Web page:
Harrison Middleton University
Dore Rabelais Physeter
Gustave Doré’s image of the physeter from Book Four.

Reading Rabelais, Part IV

Reading Rabelais, Part IV

We’re excited that you’ve joined the conversation! At HMU, we want to continue the great authors’ conversations in a contemporary context, and this blog will help us do that. We look back to Aristotle and the early philosophers who used reason and discourse to gain wisdom and now we endeavor to do the same every day.


June 23, 2023

Thanks to Alissa Simon, HMU Tutor, for today’s post.

To all the “honest drinkers” – as Rabelais would have it – congratulations! We made it to the final post in this series on Rabelais. Hopefully the various connections have enriched your experience of what is often considered difficult reading. Today’s blog concludes with Book Four, which means that it is up to you to make modern-day connections for Book V.

There’s something necessary in reading Rabelais, sort of like an old cookbook in which the recipes don’t specify cooking temperatures, cook times, or amounts. Those old recipes might say “cook until done” or “bake until hard,” which means that interpretation and style is left up to the cook. Rabelais is rough in the same way. His writing is a precursor to so many bits of literature and has been spun into a variety of voices and styles. It feels as if he introduced a specific type of satire to the world – something beyond the Greek plays. For example, Pantagruel’s followers include a wise fool and the barely lovable sidekick Panurge. These character types continue to be played with from Shakespeare to comics to graphic novels to regular television programming. I have to imagine that Shakespeare, who might have perfected the use of the fool, was inspired by Rabelais. Shakespeare also gives us one of the world’s best flawed characters in Falstaff, and reads like a more sophisticated Panurge. You could certainly also compare Panurge with Batman’s Robin, Samwise Gamgee, Dr. Watson, or Chewbacca.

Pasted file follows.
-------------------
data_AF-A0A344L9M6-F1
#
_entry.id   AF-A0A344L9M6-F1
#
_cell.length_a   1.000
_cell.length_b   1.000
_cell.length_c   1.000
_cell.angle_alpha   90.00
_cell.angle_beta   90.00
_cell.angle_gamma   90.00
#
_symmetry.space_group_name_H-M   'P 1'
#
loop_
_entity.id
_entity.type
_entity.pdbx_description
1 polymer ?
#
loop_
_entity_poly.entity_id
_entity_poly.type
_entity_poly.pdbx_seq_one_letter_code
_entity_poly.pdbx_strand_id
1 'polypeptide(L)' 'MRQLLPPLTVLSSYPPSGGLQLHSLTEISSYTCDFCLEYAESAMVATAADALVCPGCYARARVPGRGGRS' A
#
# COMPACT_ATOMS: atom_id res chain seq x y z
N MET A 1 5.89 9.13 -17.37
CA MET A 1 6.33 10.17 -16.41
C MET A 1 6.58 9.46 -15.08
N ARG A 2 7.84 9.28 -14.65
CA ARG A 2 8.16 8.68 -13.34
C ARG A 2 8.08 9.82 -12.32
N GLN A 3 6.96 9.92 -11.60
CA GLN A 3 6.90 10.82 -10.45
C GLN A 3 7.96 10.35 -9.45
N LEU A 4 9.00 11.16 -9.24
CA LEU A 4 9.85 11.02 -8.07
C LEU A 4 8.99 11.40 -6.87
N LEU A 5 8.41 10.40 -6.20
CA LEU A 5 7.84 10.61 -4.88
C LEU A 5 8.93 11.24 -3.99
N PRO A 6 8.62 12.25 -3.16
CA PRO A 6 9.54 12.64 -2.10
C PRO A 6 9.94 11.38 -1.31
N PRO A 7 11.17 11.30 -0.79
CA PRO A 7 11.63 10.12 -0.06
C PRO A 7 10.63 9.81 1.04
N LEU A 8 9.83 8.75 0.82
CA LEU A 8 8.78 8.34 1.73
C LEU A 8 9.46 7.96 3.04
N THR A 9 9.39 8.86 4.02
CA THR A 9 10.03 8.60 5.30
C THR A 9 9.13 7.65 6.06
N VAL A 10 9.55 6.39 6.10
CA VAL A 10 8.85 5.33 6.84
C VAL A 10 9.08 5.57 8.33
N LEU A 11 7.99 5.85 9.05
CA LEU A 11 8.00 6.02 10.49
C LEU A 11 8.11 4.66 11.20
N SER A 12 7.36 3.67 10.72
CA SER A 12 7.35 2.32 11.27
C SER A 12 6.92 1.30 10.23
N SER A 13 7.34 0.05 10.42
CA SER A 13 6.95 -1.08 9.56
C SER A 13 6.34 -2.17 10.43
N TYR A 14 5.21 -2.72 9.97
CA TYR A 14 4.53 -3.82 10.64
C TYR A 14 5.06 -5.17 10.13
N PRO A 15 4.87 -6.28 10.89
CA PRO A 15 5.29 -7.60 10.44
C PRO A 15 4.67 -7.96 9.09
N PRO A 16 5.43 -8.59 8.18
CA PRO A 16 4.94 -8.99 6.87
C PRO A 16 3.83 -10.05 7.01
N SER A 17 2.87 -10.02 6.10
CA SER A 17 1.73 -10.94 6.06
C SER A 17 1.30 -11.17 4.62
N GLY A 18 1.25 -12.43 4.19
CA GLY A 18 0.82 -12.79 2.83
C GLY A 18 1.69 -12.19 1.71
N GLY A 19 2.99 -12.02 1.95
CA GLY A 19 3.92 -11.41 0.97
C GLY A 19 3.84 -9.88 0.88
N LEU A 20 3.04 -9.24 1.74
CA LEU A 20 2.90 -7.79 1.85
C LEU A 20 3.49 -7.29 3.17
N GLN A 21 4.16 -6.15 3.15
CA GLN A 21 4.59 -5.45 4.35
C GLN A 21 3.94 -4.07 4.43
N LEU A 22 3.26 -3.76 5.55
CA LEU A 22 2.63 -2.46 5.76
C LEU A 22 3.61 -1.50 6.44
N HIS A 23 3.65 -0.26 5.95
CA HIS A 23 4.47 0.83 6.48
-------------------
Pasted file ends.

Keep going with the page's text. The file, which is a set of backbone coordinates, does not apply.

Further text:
A future blog will take a look at the evolution of satire, in which Rabelais plays a great part. However, in the meantime, while playing with Rabelais, remember that writing is a lot like cooking, a process in which each mind incorporates, consumes, and refines older ideas. Having said that, I’ll jump into today’s various connections from Rabelais to modern day.

The Catchpoles arrive with an aggressive and physical culture. They live hand to fist, you might say, in a way that includes beatings. During a wedding, for example, the Catchpoles are caught in a game of “fisticuffs” which makes films like Gladiator and Fight Club pale in comparison. The text reads: “[T]humps and fisticuffs began to fly about among the assistants; but when it came to the catchpole’s turn, they all laid on him so unmercifully with their gauntlets, that they at last settled him, all stunned and battered, bruised and mortified, with one of his eyes black and blue, eight ribs bruised, his brisket sunk in, his omoplates in four quarters, his under jawbone in three pieces; and all this in jest, and no harm done. God wot how the levite belabored him, hiding within the long sleeve of his canonical shirt his huge steel gauntlet lined with ermine: for he was a strong built ball, and an old dog at fisticuffs. The catchpole, all of a bloody tiger-like stripe, with much ado crawled home to L’Isle Bouchart, well pleased and edified however with Basche kind reception; and with the help of the good surgeons of the place, lived as long as you would have him.”